The confusion for me comes from page 46 of Goldstein, where he says

"However, it has been proven that no such varied path can be constructed unless [the differential equations of constraint] are integrable, in which case the constraints are actually holonomic."

In the second edition, he gives a citation in a footnote. He continues:

"A variational principle leading to the correct equations of motion can nonetheless be obtained when the varied paths are constructed from the actual motion by virtual displacments."

I have consulted other numerous texts (Fetter and Walecka, Lanczos, Corben and Stehle, Marion and Thornton, Symon, etc., etc.) as well as lecture notes from the web in an effort to get this straight in my head. If anyone can help clarify this issue for me I would greatly appreciate it.


1 Answer 1


The type of non-holonomic constraints, that Ref. 1 is discussing at this point, are so-called semi-holonomic constraints $$ a_{\ell}(q,\dot{q},t)~\equiv~ \sum_{j=1}^n a_{\ell j}(q,t)\dot{q}^j+a_{\ell t}(q,t)~=~0, \qquad \ell~\in \{1,\ldots, m\}. \tag{1}$$ The upshot is the following:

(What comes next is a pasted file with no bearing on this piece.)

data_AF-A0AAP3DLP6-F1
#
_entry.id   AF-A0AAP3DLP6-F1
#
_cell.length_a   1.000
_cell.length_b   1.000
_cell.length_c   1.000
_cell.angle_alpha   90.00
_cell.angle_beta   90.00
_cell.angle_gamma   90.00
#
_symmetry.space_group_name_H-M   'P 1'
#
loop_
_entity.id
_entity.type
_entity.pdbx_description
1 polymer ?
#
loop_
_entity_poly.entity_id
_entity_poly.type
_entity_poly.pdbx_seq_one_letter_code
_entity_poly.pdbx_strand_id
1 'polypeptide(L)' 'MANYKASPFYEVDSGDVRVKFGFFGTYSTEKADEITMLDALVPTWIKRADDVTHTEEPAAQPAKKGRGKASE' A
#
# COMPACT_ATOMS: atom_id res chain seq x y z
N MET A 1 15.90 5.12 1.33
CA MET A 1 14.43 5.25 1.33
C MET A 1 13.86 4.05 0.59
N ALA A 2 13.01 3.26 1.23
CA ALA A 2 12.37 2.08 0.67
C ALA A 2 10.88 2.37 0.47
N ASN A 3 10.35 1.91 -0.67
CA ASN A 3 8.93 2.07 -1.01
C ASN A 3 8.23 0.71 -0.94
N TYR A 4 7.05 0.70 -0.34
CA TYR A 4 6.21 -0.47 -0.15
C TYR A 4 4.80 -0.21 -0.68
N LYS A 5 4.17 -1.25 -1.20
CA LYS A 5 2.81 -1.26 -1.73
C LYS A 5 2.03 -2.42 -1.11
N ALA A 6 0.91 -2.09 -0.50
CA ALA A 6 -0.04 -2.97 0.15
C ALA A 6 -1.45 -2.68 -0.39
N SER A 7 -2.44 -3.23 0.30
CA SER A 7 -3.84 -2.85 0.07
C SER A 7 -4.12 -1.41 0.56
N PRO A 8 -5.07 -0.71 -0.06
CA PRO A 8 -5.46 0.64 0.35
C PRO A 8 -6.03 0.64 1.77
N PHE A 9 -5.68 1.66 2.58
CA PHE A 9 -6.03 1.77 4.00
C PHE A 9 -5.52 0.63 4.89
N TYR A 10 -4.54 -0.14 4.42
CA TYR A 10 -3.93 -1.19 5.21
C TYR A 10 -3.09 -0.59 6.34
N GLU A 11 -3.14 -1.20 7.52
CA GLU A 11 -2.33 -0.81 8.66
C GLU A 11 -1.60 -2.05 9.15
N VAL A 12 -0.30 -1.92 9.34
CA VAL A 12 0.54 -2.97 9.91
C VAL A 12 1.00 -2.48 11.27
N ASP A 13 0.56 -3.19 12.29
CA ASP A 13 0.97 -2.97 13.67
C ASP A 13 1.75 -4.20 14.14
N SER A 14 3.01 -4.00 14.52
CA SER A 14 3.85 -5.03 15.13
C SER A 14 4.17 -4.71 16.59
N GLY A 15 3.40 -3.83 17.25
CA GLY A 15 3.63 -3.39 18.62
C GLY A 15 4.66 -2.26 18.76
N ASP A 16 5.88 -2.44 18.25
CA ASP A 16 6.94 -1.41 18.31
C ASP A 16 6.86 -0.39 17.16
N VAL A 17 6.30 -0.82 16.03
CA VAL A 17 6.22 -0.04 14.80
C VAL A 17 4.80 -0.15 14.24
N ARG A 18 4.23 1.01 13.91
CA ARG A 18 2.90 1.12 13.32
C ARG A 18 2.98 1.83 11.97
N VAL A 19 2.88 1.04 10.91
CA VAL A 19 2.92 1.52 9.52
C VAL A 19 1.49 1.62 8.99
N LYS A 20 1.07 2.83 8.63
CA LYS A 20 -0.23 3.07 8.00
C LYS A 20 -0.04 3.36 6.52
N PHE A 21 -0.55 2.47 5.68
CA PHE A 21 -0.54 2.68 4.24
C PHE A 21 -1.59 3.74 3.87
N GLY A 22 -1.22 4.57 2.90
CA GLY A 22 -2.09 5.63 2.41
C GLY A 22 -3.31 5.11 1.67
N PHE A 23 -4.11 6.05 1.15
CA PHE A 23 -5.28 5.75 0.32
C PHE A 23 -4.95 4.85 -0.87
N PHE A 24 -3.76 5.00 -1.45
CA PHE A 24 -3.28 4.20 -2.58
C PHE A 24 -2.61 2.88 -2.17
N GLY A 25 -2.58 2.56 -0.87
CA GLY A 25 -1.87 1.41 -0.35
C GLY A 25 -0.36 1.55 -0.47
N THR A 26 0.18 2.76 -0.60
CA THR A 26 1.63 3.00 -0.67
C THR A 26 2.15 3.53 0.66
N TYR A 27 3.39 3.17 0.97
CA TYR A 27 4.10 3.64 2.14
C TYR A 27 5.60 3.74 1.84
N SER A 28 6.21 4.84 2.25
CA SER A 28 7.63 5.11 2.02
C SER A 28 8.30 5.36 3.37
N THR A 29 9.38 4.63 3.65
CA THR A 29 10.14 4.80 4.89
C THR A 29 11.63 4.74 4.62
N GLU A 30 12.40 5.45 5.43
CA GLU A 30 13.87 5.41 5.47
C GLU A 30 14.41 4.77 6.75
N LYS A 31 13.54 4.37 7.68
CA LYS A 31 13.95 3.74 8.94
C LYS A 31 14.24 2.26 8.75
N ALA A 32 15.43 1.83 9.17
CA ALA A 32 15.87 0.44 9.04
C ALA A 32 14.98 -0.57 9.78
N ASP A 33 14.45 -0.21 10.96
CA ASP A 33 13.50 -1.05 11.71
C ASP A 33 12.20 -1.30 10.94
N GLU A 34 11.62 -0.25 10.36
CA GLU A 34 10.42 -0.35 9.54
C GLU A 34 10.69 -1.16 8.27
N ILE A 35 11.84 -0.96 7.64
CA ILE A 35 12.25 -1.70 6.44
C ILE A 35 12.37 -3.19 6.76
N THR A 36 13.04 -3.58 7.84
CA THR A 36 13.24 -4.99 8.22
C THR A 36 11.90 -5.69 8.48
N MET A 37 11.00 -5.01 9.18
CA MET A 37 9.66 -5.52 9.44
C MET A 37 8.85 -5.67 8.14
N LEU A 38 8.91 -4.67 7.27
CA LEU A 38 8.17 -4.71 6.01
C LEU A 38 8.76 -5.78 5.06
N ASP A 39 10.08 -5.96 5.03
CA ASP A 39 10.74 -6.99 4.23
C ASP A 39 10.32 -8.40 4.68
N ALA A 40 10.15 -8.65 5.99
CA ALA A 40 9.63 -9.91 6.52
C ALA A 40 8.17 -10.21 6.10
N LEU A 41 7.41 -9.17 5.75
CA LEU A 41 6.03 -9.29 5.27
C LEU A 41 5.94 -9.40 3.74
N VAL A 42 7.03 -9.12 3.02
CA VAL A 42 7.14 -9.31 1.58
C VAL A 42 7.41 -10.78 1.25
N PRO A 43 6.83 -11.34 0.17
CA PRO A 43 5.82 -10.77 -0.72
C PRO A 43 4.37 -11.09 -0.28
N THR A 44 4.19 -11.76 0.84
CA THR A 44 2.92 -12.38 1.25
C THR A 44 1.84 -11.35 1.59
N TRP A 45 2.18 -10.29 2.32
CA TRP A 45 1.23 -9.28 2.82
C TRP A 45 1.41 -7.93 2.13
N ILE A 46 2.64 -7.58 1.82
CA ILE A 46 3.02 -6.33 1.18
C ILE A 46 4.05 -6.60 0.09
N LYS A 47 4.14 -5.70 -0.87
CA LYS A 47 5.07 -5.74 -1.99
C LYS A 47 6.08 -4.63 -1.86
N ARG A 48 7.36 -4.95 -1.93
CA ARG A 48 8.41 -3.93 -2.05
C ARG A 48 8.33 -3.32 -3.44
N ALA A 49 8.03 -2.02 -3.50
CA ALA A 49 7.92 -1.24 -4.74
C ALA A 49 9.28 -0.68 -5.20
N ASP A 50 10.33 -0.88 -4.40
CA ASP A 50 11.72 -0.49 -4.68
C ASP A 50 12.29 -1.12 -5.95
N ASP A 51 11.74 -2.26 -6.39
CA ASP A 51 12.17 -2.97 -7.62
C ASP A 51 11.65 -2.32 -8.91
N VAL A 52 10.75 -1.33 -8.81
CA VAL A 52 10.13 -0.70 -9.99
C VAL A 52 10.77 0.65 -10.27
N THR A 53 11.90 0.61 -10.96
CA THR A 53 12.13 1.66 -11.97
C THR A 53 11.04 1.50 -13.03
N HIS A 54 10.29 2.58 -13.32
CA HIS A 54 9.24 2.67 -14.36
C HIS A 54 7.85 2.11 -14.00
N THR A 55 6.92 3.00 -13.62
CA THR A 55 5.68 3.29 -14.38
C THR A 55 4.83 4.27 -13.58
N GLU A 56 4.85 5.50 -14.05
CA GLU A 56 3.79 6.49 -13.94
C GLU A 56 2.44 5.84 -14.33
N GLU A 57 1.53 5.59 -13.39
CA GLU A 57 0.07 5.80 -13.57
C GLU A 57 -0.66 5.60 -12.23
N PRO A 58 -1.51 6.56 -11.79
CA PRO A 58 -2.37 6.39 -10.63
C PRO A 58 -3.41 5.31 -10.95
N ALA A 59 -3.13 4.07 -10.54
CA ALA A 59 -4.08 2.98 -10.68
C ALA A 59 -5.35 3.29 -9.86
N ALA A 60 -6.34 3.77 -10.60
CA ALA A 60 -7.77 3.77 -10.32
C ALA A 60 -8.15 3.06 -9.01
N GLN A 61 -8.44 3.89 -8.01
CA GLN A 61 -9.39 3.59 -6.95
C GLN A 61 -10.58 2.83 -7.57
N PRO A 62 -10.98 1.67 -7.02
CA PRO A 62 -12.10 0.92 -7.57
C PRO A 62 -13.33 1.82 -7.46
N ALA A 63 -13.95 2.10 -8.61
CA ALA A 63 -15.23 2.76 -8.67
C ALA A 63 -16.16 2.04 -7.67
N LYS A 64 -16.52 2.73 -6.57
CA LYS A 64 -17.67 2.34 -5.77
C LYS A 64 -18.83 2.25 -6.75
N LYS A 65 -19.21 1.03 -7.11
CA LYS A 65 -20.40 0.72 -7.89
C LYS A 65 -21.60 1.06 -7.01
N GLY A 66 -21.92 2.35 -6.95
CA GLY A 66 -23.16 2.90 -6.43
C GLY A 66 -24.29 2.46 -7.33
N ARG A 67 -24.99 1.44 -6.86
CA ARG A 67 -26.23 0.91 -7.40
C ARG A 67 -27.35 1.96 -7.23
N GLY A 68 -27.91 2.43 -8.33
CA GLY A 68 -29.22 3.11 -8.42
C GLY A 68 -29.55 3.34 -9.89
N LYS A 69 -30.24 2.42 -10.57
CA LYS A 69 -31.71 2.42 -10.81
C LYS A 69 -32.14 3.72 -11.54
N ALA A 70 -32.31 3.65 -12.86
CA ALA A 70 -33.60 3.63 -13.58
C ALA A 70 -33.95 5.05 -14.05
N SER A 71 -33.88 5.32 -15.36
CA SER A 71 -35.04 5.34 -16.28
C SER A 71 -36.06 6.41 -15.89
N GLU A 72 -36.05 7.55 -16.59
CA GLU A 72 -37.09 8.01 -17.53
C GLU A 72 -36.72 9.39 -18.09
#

1. On one hand, it is possible to use d'Alembert's variational principle to incorporate semi-holonomic constraints (1) into the Lagrange equations with the use of Lagrange multipliers $\lambda^1,\ldots ,\lambda^m$, cf. this Phys.SE post. Note in particular that there is no stationary action principle associated with this first case.

  2. On the other hand, if one tries to consider the extended stationary action principle for the action $$\widetilde{S}[q,\lambda]~=~\int\! dt ~\widetilde{L}(q,\lambda,\dot{q},t),$$ $$ \widetilde{L}(q,\lambda,\dot{q},t)~\equiv~ L(q,\dot{q},t)~+~\sum_{\ell=1}^m\lambda^{\ell}a_{\ell}(q,\dot{q},t), \tag{2}$$ with Lagrange multipliers $\lambda^1,\ldots ,\lambda^m$ for the semi-holonomic constraints (1), the corresponding Euler-Lagrange (EL) equations are inconsistent with the underlying Newton's laws, cf. e.g. my Phys.SE answer here.

Note that the Lagrange multipliers play slightly different roles in the two cases.


  1. Herbert Goldstein, Classical Mechanics, Chapter 1 and 2.

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